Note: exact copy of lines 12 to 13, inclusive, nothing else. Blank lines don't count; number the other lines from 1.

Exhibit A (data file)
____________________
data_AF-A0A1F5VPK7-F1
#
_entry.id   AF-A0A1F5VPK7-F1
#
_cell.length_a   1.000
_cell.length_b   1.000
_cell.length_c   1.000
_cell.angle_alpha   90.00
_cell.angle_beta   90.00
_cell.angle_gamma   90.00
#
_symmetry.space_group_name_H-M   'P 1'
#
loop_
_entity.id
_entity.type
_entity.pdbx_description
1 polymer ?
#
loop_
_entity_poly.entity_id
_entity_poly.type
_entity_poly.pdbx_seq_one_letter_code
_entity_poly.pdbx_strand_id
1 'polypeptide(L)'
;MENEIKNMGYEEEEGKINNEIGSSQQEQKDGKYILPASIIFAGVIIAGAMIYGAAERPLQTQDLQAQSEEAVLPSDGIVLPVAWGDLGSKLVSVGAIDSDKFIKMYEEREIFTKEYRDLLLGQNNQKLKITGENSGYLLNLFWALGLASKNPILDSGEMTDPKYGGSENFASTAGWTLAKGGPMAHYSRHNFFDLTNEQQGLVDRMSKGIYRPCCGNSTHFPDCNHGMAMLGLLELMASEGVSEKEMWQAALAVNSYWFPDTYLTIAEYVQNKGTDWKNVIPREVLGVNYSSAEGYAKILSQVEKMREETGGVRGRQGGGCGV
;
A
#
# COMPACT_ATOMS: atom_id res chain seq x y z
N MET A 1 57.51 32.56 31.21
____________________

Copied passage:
_symmetry.space_group_name_H-M   'P 1'
#